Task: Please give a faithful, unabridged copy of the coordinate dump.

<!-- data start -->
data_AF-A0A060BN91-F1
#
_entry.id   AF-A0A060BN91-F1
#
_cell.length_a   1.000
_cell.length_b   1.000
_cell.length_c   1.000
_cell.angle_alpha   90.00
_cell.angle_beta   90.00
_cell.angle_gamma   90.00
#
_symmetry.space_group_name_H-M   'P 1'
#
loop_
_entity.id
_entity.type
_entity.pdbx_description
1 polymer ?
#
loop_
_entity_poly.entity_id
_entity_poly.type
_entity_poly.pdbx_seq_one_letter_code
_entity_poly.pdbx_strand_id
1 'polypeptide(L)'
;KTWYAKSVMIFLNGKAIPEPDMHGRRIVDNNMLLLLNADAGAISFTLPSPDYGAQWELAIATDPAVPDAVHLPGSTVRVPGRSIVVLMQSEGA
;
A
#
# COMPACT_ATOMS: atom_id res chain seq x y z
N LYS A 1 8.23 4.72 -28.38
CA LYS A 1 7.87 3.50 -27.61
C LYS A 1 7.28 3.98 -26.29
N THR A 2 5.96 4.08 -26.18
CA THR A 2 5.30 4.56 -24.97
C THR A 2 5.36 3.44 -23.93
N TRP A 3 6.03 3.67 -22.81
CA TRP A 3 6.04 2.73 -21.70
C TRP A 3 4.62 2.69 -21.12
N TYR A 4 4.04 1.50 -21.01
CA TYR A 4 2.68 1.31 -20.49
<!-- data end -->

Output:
data_AF-A0A060BN91-F1
#
_entry.id   AF-A0A060BN91-F1
#
_cell.length_a   1.000
_cell.length_b   1.000
_cell.length_c   1.000
_cell.angle_alpha   90.00
_cell.angle_beta   90.00
_cell.angle_gamma   90.00
#
_symmetry.space_group_name_H-M   'P 1'
#
loop_
_entity.id
_entity.type
_entity.pdbx_description
1 polymer ?
#
loop_
_entity_poly.entity_id
_entity_poly.type
_entity_poly.pdbx_seq_one_letter_code
_entity_poly.pdbx_strand_id
1 'polypeptide(L)'
;KTWYAKSVMIFLNGKAIPEPDMHGRRIVDNNMLLLLNADAGAISFTLPSPDYGAQWELAIATDPAVPDAVHLPGSTVRVPGRSIVVLMQSEGA
;
A
#
# COMPACT_ATOMS: atom_id res chain seq x y z
N LYS A 1 8.23 4.72 -28.38
CA LYS A 1 7.87 3.50 -27.61
C LYS A 1 7.28 3.98 -26.29
N THR A 2 5.96 4.08 -26.18
CA THR A 2 5.30 4.56 -24.97
C THR A 2 5.36 3.44 -23.93
N TRP A 3 6.03 3.67 -22.81
CA TRP A 3 6.04 2.73 -21.70
C TRP A 3 4.62 2.69 -21.12
N TYR A 4 4.04 1.50 -21.01
CA TYR A 4 2.68 1.31 -20.49